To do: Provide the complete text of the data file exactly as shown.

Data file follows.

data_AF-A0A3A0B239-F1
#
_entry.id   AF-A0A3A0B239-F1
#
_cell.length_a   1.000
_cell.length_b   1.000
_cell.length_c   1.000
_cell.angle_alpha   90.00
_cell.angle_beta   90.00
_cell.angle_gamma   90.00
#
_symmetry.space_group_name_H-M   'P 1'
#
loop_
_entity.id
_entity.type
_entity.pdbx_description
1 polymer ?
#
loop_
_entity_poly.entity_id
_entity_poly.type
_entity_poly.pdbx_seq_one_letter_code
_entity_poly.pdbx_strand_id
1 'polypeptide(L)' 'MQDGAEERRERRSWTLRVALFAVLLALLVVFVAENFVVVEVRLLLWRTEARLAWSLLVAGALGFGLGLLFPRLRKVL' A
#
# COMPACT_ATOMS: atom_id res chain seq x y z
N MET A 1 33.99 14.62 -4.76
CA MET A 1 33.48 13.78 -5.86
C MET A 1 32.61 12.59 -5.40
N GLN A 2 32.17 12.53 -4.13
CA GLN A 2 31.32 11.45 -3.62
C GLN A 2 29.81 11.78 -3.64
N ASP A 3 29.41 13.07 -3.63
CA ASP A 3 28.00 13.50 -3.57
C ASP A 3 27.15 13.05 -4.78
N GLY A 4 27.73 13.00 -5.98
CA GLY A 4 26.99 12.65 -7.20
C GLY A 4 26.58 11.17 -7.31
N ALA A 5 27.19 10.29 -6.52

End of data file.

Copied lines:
data_AF-A0A3A0B239-F1
#
_entry.id   AF-A0A3A0B239-F1
#
_cell.length_a   1.000
_cell.length_b   1.000
_cell.length_c   1.000
_cell.angle_alpha   90.00
_cell.angle_beta   90.00
_cell.angle_gamma   90.00
#
_symmetry.space_group_name_H-M   'P 1'
#
loop_
_entity.id
_entity.type
_entity.pdbx_description
1 polymer ?
#
loop_
_entity_poly.entity_id
_entity_poly.type
_entity_poly.pdbx_seq_one_letter_code
_entity_poly.pdbx_strand_id
1 'polypeptide(L)' 'MQDGAEERRERRSWTLRVALFAVLLALLVVFVAENFVVVEVRLLLWRTEARLAWSLLVAGALGFGLGLLFPRLRKVL' A
#
# COMPACT_ATOMS: atom_id res chain seq x y z
N MET A 1 33.99 14.62 -4.76
CA MET A 1 33.48 13.78 -5.86
C MET A 1 32.61 12.59 -5.40
N GLN A 2 32.17 12.53 -4.13
CA GLN A 2 31.32 11.45 -3.62
C GLN A 2 29.81 11.78 -3.64
N ASP A 3 29.41 13.07 -3.63
CA ASP A 3 28.00 13.50 -3.57
C ASP A 3 27.15 13.05 -4.78
N GLY A 4 27.73 13.00 -5.98
CA GLY A 4 26.99 12.65 -7.20
C GLY A 4 26.58 11.17 -7.31
N ALA A 5 27.19 10.29 -6.52